Tuesday, November 11, 2008

Big (Green) Apple

I have a distinct memory growing up of my mom coming home from the dry cleaners with my hunter green wool toggle coat one day, and insisting that it could not be brought into the house.  She took the dry cleaner's plastic off and hung the coat on the porch for SEVERAL DAYS to give the toxins a chance to escape.  At the time, I thought she was ridiculous.  Although why I didn't see an issue with the fact that I even owned the coat in the first place given that temperatures in the Bay Area rarely drop below fifty-five degrees I'm not sure.  I guess even then I wanted to move to the east coast and was practicing my outfits or something.

Anyway, now I find that I seem to have inherited her neurosis.  If I can avoid dry cleaning at all, even by hand washing, I do.  I have always made a conscious choice not to live in a building with a dry cleaner (apparently your chance of getting cancer and neurological diseases if you live above a dry cleaner is like ten times normal or something horrifying like that), and for the longest time I was scouring New York to find an ecologically friendly dry cleaner.  Well, finally, after an afternoon cream tea at Tea & Sympathy, I stumbled across one.

Green Apple Cleaners uses CO2 technology to clean clothes.  As far as I can tell, they use liquid CO2 (sort of like club soda I guess?) and pass it through your clothes at a high pressure.  I have no idea how it works, but let me tell you, it does.  They're gentle on my clothes, no buttons are discolored in the process, and my whites actually come out looking, well, white (I took in a fairly heavily stained white blazer a few months ago and I was practically blinded by it's whiteness when I picked it up...a far cry from the faintly yellow cast that seems to be the result at most dry cleaners).  Apparently Consumer Reports shares my enthusiasm.  In a 2003 study, the publication voted CO2 as the best overall cleaning method out there.  Funnily enough, perc, the standard, extremely toxic, dry cleaning method, came out close to the bottom of the list.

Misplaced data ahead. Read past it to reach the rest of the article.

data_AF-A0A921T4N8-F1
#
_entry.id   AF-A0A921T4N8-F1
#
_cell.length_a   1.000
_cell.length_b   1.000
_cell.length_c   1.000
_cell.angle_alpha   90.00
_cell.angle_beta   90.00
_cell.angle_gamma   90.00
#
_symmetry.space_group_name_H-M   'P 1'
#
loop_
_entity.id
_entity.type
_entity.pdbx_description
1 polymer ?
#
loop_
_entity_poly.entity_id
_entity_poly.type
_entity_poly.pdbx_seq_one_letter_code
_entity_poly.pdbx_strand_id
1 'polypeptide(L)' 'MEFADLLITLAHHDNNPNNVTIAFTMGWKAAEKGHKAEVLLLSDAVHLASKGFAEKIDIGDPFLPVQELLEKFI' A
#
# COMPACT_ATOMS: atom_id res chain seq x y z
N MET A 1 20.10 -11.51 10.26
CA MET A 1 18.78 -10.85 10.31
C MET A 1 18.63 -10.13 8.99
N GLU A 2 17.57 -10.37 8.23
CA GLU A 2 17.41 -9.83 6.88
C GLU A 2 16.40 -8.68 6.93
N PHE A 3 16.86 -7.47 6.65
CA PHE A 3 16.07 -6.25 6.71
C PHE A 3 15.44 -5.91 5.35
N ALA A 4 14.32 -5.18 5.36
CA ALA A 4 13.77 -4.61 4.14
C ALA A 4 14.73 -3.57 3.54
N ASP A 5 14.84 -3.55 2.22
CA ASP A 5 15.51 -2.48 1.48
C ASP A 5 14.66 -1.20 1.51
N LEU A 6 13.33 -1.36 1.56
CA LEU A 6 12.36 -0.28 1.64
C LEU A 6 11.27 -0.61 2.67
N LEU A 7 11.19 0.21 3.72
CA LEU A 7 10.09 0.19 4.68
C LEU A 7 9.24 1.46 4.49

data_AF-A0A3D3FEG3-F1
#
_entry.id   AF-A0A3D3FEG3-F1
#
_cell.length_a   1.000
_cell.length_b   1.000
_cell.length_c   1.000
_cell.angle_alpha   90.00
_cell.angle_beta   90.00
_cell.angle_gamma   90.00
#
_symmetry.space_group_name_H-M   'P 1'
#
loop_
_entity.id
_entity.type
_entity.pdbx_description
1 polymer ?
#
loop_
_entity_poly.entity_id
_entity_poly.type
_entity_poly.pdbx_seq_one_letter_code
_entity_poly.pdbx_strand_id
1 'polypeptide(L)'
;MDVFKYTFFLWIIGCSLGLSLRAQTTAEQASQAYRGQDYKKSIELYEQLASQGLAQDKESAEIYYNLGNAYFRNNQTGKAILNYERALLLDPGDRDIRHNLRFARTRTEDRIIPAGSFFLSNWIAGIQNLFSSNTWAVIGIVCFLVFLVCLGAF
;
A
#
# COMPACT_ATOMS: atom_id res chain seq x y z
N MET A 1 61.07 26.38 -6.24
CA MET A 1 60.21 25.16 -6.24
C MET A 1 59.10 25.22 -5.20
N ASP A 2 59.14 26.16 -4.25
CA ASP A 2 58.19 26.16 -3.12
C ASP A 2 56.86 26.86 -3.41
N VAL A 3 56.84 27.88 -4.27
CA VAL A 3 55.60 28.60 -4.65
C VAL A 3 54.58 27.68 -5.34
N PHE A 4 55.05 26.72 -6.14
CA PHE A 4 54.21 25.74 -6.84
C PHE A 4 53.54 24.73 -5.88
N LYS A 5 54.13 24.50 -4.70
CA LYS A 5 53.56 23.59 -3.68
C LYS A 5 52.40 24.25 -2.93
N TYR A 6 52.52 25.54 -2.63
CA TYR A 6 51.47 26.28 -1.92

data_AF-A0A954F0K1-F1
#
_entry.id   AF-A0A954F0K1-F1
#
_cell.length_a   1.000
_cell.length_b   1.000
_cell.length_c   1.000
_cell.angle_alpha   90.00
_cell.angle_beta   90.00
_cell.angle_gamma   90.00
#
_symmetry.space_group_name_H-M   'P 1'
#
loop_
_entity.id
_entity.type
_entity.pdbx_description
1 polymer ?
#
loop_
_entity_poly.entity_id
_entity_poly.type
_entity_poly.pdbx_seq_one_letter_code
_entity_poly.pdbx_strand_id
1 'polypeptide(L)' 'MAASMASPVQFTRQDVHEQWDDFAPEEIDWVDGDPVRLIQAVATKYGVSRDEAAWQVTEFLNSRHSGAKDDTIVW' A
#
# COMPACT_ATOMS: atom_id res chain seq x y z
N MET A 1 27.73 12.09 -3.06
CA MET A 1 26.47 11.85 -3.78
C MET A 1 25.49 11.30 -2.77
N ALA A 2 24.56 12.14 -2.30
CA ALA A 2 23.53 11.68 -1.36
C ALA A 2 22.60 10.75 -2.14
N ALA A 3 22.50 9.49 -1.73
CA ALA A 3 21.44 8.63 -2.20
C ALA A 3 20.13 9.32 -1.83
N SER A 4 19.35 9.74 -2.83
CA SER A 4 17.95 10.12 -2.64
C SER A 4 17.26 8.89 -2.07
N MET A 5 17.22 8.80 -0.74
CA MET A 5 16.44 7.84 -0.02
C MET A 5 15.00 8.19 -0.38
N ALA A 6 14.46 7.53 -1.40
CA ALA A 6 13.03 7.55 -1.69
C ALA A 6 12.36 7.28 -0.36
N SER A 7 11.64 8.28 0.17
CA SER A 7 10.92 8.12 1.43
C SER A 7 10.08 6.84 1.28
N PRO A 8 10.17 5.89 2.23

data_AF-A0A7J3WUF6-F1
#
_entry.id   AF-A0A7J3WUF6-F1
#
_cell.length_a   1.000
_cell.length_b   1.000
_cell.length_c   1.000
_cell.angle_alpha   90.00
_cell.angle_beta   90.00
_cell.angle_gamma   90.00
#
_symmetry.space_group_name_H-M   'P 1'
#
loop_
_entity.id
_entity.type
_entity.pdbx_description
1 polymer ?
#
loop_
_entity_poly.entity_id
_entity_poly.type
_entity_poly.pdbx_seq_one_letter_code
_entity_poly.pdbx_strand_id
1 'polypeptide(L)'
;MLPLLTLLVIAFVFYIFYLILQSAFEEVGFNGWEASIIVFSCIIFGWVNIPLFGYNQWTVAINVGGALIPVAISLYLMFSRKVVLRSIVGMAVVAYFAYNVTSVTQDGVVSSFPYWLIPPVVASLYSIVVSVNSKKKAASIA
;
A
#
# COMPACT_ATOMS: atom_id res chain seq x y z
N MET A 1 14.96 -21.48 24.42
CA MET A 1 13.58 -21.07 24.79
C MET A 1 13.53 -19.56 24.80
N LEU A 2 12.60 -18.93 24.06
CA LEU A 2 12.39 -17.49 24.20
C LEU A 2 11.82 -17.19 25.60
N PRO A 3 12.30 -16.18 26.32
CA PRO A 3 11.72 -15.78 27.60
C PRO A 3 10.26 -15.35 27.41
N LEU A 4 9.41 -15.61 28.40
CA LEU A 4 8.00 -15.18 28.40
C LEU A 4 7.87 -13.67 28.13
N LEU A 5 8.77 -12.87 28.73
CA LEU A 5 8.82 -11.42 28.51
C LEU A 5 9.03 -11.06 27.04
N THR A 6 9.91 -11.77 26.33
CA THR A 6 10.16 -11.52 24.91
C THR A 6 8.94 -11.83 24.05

The prices are a bit higher than at a standard cheapo dry cleaner, but they're certainly fair.  Maybe like a dollar more than my guy down the street would charge.  And they are WAY more reasonable than the high end places like Meurice and Madame Paulette's. (I had a particularly traumatic experience years ago with one of these establishments, I won't say which, when they charged me $75 to clean three pairs of pants).  Besides, I'd prefer to spend the extra dollar than to end up with a giant tumor someday.  

Here's the CEO, David Kistner, who started the business because he didn't want his kids exposed to toxic chemicals:

One of Green Apples environmentally friendly pick-up and delivery vehicles:

Green Apple currently has two other locations in addition to the one in the West Village--one on the Upper East Side and one one the Upper West Side.  But fear not if these are not convenient options for you.  Sign up here for pick up and delivery.  They'll get you started with a kit that includes reuseable garment bags (no more drowning in endless sheets of plastic), spot stickers, a hanger recycling bin and a garment checklist and you'll be all set to be clean and green!


Anonymous said...

"as far as you can tell" they use CO2??????. They are not realy truthful about their process. They use the solvair cleaning process http://www.solvaircleaningsystem.com/Solvair%20Home.html They wash your clothes with propylene glycol ether. I wonder if it is safe enough to drink. There are some cleaners in this country that use just CO2 but Green Apple is not one of them. Solvair is very vague on their website as too what this cleaning stuff is but I dont think I would want to drink it......would you? I would consider this Greenwashing.

Laura said...

In the future, if you plan to spew baseless claims on this blog (or really, on any blog) identifying yourself as something other than "anonymous" would lend a bit more credence to your comment. And in response to your question about whether I'd like to drink the cleaning fluid you mention, the answer is no. I make it a rule not to drink any cleaning fluid, no matter how organic it might be. Call me crazy, but it just doesn't sound appealing.

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